Lee says it’s an ambitious goal but not unrealistic. Quizzed on how it’s going to happen, he adds: “First is organic growth. Many of our production units and partners have plenty of headroom for expansion. I’m thinking of companies like Mothership, which we took a 25% stake in last year. The Kids & Family division is also a nascent business for us. They’ve had hits like preschool animation Bluey, but they have ambitious plans to grow global production.”

The Great British Bake Off is among BBC Studios’ big format hits

In addition, Lee says the company is gearing up to expand its production footprint. “We have bases in locations including the Nordics, India, Australia, South Africa, Germany, France and the US – but we are scoping out a few other markets where we want to be. That could be via acquiring established companies or starting from scratch.”

While it’s too early to name target markets, Lee says the ambition is to create a network of local prodcos that can adapt existing IP or create local originals.

“We tend to start new offices around non-scripted formats like Strictly Come Dancing or Bake Off, which we represent globally, then expand into scripted formats like Doctor Foster, which we produce in multiple markets; Luther, in India; Ghosts in the US; and The Wrong Mans in France. Eventually, when we have talented executives like Kylie Washington in Australia/New Zealand [as general manager and creative director for the region], they’re inevitably going to want to create their own original shows.”

An additional benefit of building a robust network is that it ceases to be a hub-and-spoke model, says Lee, where all ideas need to be centrally generated. “We had an interesting example of a format called Breaking Point, which was developed in one territory but first produced elsewhere, for RTL in Germany. This model will open up the potential for us to be producing more non-English-language original content.”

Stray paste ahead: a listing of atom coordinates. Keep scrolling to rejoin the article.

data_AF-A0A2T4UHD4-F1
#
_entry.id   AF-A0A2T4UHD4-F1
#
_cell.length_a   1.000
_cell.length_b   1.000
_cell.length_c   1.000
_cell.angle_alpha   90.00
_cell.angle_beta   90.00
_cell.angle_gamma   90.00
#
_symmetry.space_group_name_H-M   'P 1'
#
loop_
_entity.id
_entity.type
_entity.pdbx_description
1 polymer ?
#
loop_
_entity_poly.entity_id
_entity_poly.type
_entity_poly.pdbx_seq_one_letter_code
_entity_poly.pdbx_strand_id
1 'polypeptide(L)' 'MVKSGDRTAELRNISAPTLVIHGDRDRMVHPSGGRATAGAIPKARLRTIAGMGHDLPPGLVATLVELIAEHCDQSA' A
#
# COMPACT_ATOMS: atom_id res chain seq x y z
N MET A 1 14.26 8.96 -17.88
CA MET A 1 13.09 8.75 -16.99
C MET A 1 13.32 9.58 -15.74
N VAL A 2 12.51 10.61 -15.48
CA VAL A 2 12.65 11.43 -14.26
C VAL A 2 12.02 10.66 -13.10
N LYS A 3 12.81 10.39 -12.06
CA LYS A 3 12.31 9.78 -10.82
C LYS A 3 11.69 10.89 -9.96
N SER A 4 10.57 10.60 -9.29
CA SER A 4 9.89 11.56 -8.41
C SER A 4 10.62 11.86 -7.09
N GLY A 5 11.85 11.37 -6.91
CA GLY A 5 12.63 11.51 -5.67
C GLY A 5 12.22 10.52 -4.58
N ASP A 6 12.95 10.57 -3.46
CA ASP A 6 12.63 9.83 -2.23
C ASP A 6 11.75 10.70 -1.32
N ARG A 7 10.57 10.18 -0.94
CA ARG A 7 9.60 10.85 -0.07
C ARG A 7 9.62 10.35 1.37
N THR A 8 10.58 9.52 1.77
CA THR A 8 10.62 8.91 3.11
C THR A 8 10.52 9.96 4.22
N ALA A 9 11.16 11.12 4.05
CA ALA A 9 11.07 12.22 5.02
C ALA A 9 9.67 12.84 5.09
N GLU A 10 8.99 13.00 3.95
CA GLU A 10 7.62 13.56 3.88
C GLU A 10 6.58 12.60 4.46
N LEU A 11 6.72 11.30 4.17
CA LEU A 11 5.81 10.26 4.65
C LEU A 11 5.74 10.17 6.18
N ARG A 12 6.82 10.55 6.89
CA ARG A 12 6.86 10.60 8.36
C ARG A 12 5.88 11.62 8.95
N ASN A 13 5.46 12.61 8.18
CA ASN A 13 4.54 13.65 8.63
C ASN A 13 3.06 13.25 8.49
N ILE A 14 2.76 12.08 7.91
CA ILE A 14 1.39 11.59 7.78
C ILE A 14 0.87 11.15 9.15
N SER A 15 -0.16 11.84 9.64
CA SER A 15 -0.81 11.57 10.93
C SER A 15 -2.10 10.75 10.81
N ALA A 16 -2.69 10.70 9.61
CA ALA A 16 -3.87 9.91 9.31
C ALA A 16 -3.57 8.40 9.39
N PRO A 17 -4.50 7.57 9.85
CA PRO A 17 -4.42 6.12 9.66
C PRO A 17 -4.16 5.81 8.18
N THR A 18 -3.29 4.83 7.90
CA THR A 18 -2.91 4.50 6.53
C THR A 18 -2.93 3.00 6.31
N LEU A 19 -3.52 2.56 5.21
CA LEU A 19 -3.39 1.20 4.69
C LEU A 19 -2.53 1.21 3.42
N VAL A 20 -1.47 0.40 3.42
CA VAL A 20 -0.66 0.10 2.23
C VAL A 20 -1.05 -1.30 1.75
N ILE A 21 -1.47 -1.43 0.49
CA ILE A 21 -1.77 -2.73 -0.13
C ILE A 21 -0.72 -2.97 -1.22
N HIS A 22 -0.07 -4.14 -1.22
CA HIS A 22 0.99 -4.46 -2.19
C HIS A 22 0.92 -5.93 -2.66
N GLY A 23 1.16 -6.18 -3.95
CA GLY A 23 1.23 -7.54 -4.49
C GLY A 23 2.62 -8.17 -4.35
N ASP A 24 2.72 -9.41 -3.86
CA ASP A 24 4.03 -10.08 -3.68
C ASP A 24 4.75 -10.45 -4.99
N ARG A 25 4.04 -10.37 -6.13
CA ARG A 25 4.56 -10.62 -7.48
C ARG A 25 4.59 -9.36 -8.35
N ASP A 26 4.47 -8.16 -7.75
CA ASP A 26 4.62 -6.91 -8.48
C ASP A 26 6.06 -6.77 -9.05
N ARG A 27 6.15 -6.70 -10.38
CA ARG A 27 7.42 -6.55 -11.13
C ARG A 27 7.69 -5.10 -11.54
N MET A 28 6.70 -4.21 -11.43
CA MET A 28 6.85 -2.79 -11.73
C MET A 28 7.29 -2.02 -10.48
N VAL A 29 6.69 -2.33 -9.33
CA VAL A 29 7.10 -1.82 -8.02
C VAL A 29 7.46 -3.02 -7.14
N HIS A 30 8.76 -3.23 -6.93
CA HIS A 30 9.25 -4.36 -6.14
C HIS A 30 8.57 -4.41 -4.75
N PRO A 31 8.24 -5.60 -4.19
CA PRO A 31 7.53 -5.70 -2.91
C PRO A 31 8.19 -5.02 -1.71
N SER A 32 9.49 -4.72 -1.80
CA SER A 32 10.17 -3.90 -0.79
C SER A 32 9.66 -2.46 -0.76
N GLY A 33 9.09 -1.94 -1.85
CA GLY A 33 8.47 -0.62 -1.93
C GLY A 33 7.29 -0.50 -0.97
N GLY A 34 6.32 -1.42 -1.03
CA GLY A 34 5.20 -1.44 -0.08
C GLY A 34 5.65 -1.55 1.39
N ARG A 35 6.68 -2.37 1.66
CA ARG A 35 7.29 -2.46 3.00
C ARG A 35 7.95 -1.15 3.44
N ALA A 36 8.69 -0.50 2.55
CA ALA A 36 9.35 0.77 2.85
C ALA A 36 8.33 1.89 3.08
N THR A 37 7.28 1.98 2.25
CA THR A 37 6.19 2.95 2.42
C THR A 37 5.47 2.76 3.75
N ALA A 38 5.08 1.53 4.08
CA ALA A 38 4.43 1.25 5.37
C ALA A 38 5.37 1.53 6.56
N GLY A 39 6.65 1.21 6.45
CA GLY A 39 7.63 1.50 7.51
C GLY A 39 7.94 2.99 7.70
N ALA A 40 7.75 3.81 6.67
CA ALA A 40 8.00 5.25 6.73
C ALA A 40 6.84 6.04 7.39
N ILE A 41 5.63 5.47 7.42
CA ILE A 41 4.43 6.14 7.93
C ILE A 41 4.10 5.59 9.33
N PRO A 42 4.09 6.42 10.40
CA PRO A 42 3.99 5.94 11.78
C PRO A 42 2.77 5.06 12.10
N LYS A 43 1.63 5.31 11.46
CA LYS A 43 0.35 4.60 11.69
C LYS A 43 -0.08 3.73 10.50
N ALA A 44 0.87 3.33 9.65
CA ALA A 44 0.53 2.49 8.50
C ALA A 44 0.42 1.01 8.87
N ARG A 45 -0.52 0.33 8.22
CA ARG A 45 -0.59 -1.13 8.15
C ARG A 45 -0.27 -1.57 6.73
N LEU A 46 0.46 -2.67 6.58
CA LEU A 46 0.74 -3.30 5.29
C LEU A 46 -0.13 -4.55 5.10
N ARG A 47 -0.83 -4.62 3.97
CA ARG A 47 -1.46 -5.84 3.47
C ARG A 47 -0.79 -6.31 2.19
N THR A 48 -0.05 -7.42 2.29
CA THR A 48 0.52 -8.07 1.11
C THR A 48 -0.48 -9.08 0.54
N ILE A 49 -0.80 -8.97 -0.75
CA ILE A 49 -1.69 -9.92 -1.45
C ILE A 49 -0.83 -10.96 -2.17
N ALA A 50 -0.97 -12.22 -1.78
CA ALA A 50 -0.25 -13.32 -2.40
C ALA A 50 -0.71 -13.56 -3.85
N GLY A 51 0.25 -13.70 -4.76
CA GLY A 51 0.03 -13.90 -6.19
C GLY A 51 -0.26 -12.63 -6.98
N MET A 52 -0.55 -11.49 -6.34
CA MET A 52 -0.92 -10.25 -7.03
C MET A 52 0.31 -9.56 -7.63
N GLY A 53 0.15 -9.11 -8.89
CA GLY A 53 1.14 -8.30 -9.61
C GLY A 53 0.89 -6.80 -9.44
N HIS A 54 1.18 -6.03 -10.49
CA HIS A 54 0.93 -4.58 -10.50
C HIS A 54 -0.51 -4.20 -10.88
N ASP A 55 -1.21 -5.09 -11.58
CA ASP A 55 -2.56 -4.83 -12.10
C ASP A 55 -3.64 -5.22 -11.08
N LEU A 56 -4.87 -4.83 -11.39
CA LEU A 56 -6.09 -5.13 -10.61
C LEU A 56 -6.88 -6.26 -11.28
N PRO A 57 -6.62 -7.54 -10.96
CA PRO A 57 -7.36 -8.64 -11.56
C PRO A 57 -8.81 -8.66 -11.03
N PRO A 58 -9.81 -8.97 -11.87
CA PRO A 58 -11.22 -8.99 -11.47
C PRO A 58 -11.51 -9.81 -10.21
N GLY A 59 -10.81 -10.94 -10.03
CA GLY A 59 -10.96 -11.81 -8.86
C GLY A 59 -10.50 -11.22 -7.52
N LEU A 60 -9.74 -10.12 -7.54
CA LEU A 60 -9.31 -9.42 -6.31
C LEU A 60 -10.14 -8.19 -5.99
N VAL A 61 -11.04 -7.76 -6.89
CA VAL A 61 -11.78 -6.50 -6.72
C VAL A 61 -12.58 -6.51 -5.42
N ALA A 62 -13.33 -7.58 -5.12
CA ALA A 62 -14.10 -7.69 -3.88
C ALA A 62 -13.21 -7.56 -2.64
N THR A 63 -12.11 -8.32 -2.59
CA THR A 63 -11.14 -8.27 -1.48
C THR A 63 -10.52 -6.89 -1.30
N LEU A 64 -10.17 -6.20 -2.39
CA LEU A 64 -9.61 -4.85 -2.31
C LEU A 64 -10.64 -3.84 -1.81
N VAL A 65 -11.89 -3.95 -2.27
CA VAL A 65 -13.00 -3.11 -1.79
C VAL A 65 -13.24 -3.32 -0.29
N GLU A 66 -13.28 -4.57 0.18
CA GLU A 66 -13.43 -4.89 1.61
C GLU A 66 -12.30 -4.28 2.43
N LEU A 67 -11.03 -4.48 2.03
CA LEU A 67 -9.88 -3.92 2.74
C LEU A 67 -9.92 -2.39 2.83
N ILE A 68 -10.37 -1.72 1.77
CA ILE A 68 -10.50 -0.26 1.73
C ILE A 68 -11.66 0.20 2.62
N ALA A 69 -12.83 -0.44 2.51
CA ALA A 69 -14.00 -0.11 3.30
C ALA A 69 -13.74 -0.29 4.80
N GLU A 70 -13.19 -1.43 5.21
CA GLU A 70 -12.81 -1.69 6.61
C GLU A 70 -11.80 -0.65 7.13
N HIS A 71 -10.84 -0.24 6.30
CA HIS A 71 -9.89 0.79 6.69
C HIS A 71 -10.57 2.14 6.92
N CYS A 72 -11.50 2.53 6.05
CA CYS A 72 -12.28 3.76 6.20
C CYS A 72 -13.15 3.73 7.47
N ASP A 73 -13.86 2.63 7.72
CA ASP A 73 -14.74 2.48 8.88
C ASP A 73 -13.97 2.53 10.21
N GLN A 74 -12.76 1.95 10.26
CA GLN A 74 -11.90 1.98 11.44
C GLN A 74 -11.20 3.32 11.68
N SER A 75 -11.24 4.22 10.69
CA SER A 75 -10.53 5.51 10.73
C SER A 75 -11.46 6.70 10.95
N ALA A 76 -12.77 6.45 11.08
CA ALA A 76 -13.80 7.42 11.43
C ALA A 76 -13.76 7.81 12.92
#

Death in Paradise spin-off Beyond Paradise

The Disney+ deal around Doctor Who also points to the potential for ambitious coproduction partnerships, adds Lee. “We work closely with Rebecca Glashow and Janet Brown, who are our leads in sales and distribution. They are brilliant at building partnerships, and the reboot of Doctor Who is an exciting example. That show has regeneration built into its DNA, so we’re looking forward to what happens when it benefits from the ambition we’ve seen recently in fantasy drama propositions.”

In a similar vein, Lee points to BBC Studios’ partnership with Nat Geo and filmmaker James Cameron on OceanXplorers; and Rain Dogs, a coproduction with HBO Max.

Of course, Fussell’s ambitious target needs to be delivered in the face of several looming challenges. A collapse in confidence among streamers, rampant inflation and the threat of a US writers’ strike all have the potential to cause problems for BBC Studios in the coming period. Lee is not unduly fazed, however.

“Without sounding cocky, we’ve lived through two years of Covid, so I think we can cope with a slowdown in the streamer market. The wider economic circumstances are challenging but we just need to batten down the hatches and look forward to the day it ends. It’s important to see the current situation in the context of a longer timeframe where we are living through an incredible age for investment in big ideas and content.”